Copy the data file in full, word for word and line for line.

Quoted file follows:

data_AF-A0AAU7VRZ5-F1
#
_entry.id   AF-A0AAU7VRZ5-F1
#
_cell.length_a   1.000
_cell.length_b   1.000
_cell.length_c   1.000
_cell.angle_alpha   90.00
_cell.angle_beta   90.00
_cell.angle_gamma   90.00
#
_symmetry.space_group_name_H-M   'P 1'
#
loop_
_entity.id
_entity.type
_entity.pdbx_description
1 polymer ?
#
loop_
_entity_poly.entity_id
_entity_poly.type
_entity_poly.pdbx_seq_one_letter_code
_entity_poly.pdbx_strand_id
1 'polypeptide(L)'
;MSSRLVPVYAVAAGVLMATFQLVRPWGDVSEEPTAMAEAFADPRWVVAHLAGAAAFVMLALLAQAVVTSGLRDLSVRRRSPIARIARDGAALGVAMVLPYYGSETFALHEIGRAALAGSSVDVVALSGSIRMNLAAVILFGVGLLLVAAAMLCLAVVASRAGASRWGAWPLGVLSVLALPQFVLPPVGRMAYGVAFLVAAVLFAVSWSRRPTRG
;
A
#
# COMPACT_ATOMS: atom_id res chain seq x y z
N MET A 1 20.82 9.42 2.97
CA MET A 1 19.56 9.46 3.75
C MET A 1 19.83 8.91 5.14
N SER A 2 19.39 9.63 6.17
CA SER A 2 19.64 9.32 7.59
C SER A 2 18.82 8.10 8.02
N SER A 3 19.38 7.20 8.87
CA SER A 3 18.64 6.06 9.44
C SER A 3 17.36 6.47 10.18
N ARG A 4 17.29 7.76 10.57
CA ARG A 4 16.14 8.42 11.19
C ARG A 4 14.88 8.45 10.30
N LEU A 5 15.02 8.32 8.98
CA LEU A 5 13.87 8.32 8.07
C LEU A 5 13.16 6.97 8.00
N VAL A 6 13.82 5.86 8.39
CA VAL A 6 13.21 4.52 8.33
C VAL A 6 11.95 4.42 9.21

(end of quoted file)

data_AF-A0AAU7VRZ5-F1
#
_entry.id   AF-A0AAU7VRZ5-F1
#
_cell.length_a   1.000
_cell.length_b   1.000
_cell.length_c   1.000
_cell.angle_alpha   90.00
_cell.angle_beta   90.00
_cell.angle_gamma   90.00
#
_symmetry.space_group_name_H-M   'P 1'
#
loop_
_entity.id
_entity.type
_entity.pdbx_description
1 polymer ?
#
loop_
_entity_poly.entity_id
_entity_poly.type
_entity_poly.pdbx_seq_one_letter_code
_entity_poly.pdbx_strand_id
1 'polypeptide(L)'
;MSSRLVPVYAVAAGVLMATFQLVRPWGDVSEEPTAMAEAFADPRWVVAHLAGAAAFVMLALLAQAVVTSGLRDLSVRRRSPIARIARDGAALGVAMVLPYYGSETFALHEIGRAALAGSSVDVVALSGSIRMNLAAVILFGVGLLLVAAAMLCLAVVASRAGASRWGAWPLGVLSVLALPQFVLPPVGRMAYGVAFLVAAVLFAVSWSRRPTRG
;
A
#
# COMPACT_ATOMS: atom_id res chain seq x y z
N MET A 1 20.82 9.42 2.97
CA MET A 1 19.56 9.46 3.75
C MET A 1 19.83 8.91 5.14
N SER A 2 19.39 9.63 6.17
CA SER A 2 19.64 9.32 7.59
C SER A 2 18.82 8.10 8.02
N SER A 3 19.38 7.20 8.87
CA SER A 3 18.64 6.06 9.44
C SER A 3 17.36 6.47 10.18
N ARG A 4 17.29 7.76 10.57
CA ARG A 4 16.14 8.42 11.19
C ARG A 4 14.88 8.45 10.30
N LEU A 5 15.02 8.32 8.98
CA LEU A 5 13.87 8.32 8.07
C LEU A 5 13.16 6.97 8.00
N VAL A 6 13.82 5.86 8.39
CA VAL A 6 13.21 4.52 8.33
C VAL A 6 11.95 4.42 9.21